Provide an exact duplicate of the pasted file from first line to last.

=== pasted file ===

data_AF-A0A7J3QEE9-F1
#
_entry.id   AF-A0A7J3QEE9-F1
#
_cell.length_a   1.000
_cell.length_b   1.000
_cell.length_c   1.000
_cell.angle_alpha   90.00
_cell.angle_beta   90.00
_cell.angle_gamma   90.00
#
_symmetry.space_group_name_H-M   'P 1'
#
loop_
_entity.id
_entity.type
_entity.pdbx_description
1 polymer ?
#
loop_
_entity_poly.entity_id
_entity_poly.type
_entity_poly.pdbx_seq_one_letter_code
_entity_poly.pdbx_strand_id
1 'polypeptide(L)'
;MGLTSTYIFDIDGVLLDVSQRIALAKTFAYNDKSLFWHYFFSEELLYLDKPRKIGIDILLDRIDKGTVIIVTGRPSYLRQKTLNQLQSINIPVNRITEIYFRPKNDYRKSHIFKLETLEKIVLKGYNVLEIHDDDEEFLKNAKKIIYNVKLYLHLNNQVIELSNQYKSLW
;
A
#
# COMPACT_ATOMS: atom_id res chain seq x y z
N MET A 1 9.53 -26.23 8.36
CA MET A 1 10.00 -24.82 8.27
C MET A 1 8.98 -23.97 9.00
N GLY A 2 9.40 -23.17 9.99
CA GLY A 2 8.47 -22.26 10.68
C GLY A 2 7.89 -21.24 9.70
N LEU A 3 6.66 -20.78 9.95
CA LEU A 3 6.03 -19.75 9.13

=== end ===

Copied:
data_AF-A0A7J3QEE9-F1
#
_entry.id   AF-A0A7J3QEE9-F1
#
_cell.length_a   1.000
_cell.length_b   1.000
_cell.length_c   1.000
_cell.angle_alpha   90.00
_cell.angle_beta   90.00
_cell.angle_gamma   90.00
#
_symmetry.space_group_name_H-M   'P 1'
#
loop_
_entity.id
_entity.type
_entity.pdbx_description
1 polymer ?
#
loop_
_entity_poly.entity_id
_entity_poly.type
_entity_poly.pdbx_seq_one_letter_code
_entity_poly.pdbx_strand_id
1 'polypeptide(L)'
;MGLTSTYIFDIDGVLLDVSQRIALAKTFAYNDKSLFWHYFFSEELLYLDKPRKIGIDILLDRIDKGTVIIVTGRPSYLRQKTLNQLQSINIPVNRITEIYFRPKNDYRKSHIFKLETLEKIVLKGYNVLEIHDDDEEFLKNAKKIIYNVKLYLHLNNQVIELSNQYKSLW
;
A
#
# COMPACT_ATOMS: atom_id res chain seq x y z
N MET A 1 9.53 -26.23 8.36
CA MET A 1 10.00 -24.82 8.27
C MET A 1 8.98 -23.97 9.00
N GLY A 2 9.40 -23.17 9.99
CA GLY A 2 8.47 -22.26 10.68
C GLY A 2 7.89 -21.24 9.70
N LEU A 3 6.66 -20.78 9.95
CA LEU A 3 6.03 -19.75 9.13